China is introducing new textbooks into its elementary and middle schools next month that it hopes will help make children aware of ‘national sovereignty.’
These new textbooks will cover three main subjects including Chinese language, history along with moral and legal education.
It includes information on islands in the South China Sea that the Chinese government claims are in their jurisdiction.
South China Sea: This bird eye view shows the scenery of Xisha Islands
A Chinese teacher watches over schoolchildren at a classroom in Hefei (File photo)
Female solders celebrate the International Women’s Day by taking part in a drill on the Yongxing Island in the South China Sea
The new textbooks will be introduced in schools starting on September 1.
According to state mouth piece the People’s Daily, the books will include texts on the country’s revolutionary heroes and traditions while also having sections on Chinese people’s wish to defend ‘national territories.’
It also shows students facts and materials it claims proves China’s legitimate sovereignty over Tibet, Taiwan and the islands in the South China Sea.
According to the report, the textbooks will enhance international consciousness and look at the world with an ‘open mind and open vision’ and help students absorb the civilised achievements created by mankind.
Satellite view of a South China Sea land reclamation project happening on the Fiery Cross Reef
Schoolboys are taught in a Shanghai classroom (File photo)
Chinese aircraft carrier fleet operates during a training at South China Sea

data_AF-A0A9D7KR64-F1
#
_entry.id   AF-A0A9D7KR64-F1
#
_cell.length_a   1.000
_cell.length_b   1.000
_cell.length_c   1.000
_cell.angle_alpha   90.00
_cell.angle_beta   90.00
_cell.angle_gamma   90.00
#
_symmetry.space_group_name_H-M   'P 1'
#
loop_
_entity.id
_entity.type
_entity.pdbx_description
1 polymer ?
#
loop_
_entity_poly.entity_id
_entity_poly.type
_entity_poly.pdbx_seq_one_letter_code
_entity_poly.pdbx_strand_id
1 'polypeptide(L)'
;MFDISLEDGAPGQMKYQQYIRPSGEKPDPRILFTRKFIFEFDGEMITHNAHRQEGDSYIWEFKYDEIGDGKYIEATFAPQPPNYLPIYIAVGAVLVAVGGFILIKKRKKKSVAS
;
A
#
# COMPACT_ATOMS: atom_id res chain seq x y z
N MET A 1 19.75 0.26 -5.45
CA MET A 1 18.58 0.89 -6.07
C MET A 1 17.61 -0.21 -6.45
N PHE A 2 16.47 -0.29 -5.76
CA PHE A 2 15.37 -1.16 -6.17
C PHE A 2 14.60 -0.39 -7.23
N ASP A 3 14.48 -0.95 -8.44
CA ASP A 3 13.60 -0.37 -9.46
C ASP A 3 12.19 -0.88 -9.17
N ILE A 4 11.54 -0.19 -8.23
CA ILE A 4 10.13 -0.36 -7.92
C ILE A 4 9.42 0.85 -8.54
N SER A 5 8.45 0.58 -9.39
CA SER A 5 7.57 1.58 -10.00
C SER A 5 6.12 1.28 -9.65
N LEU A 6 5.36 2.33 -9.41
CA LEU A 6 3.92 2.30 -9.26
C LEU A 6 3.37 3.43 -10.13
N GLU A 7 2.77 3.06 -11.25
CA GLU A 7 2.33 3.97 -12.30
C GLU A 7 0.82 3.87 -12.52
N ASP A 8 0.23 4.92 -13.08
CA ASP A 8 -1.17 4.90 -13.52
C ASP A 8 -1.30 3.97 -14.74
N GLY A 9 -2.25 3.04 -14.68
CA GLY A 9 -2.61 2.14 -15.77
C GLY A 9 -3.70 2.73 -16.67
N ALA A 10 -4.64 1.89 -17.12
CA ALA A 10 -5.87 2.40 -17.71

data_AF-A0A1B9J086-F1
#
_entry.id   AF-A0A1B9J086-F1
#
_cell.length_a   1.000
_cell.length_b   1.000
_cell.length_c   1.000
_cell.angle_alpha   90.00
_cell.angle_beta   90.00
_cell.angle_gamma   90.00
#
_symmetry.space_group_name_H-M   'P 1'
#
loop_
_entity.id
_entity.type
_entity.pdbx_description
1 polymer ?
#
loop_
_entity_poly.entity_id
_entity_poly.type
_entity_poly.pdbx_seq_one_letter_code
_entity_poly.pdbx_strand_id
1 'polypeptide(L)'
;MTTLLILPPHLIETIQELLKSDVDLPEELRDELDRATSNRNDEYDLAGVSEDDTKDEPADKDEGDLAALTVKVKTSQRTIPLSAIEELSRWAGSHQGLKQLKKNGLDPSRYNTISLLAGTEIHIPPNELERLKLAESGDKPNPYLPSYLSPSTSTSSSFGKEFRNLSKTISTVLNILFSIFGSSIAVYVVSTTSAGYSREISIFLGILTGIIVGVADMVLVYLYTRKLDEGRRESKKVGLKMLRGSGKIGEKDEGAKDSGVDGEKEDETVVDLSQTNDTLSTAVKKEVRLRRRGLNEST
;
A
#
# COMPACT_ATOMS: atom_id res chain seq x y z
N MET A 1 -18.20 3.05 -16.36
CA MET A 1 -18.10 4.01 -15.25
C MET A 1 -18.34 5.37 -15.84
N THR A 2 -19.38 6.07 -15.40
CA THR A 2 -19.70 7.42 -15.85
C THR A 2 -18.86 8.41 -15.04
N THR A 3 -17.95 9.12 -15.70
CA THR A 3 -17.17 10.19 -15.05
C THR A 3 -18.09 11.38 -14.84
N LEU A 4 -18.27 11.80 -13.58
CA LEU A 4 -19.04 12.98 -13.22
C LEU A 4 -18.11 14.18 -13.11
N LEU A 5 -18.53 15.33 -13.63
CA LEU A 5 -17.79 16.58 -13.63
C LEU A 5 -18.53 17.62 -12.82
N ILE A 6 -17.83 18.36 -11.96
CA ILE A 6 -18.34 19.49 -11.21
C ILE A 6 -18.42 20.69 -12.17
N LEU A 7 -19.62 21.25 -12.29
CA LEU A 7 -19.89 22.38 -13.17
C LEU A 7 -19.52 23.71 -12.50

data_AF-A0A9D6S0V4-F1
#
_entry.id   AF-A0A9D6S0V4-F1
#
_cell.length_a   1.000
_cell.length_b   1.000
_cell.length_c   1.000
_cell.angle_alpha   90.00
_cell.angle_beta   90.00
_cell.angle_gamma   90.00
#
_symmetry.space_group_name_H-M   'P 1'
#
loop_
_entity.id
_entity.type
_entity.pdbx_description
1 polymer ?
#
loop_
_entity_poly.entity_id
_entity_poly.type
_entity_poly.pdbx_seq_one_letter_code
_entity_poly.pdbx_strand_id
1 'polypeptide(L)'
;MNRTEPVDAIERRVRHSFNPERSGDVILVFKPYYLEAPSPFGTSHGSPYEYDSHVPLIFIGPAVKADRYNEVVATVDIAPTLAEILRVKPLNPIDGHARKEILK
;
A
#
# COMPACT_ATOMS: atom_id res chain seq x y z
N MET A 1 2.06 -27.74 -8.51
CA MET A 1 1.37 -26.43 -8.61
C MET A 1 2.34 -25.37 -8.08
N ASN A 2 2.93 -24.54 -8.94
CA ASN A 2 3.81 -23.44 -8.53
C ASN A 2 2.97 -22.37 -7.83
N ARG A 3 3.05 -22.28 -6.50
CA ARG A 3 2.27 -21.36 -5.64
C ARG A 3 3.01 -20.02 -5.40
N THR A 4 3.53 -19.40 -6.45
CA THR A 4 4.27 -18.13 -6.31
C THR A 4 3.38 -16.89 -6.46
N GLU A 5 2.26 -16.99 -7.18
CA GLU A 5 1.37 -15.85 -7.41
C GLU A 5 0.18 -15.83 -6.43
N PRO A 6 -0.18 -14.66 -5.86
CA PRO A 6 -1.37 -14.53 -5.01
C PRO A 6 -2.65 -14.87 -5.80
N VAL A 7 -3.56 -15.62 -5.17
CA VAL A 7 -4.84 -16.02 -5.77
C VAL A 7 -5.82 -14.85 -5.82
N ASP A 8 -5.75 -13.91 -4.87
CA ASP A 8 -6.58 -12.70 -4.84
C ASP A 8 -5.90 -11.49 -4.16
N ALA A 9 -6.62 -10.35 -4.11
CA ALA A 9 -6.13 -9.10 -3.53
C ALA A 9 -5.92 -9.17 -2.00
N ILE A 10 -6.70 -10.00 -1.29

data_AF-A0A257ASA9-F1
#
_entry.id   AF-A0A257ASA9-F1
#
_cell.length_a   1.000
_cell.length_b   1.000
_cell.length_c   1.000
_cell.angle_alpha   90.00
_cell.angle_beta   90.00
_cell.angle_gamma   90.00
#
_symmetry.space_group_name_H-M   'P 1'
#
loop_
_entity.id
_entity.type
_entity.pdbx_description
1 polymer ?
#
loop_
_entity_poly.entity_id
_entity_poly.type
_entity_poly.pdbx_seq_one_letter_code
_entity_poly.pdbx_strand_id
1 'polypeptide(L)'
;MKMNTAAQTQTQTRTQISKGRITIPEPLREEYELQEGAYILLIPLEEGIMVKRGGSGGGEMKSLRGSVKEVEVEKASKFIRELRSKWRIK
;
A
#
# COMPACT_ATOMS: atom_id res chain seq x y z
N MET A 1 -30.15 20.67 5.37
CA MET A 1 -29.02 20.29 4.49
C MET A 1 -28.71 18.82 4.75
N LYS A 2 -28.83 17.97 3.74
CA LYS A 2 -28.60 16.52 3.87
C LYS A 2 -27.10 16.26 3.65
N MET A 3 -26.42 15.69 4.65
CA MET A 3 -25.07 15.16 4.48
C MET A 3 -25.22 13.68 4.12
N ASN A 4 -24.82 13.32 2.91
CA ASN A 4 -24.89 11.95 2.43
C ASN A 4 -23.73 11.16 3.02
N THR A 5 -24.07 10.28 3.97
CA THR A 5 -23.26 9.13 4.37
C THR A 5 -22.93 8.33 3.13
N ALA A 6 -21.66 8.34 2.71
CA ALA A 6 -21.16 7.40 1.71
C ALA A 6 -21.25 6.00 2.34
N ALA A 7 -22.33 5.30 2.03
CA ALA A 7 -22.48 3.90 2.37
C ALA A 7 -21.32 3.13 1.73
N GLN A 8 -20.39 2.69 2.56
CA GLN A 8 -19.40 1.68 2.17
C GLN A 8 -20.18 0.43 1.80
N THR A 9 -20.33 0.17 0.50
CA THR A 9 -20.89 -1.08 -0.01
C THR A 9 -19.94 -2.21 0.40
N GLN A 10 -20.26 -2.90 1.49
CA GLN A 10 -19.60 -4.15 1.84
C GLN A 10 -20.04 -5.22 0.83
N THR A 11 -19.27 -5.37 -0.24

China claims all territory in the South China Sea. However Brunei, Malaysia, the Philippines, Vietnam and Taiwan also have claims on parts of the sea.
The South China Sea is a potentially energy rich area. China has already started to build manmade islands in the disputed area including a base.
The base on the hotly-contested Spratly Islands has been outfitted with 24 fighter-sized hangars, runways, water and fuel storage, a large port, communications equipment, fixed-weapon positions and a barracks.
This year has been a particularly tense year for the South China Sea area.
In January, Secretary of State Rex Tillerson said that China should not be allowed to access the islands it had built in the region.
Tillerson said: ‘We’re going to have to send China a clear signal that, first, the island-building stops and second your access to those islands is not going to be allowed.’
He also compared China’s actions to that of ‘Russia’s taking of Crimea’.
Tillerson’s remarks caused Chinese state media to say at the time that the United States would need to ‘wage war’ to stop them from accessing the islands.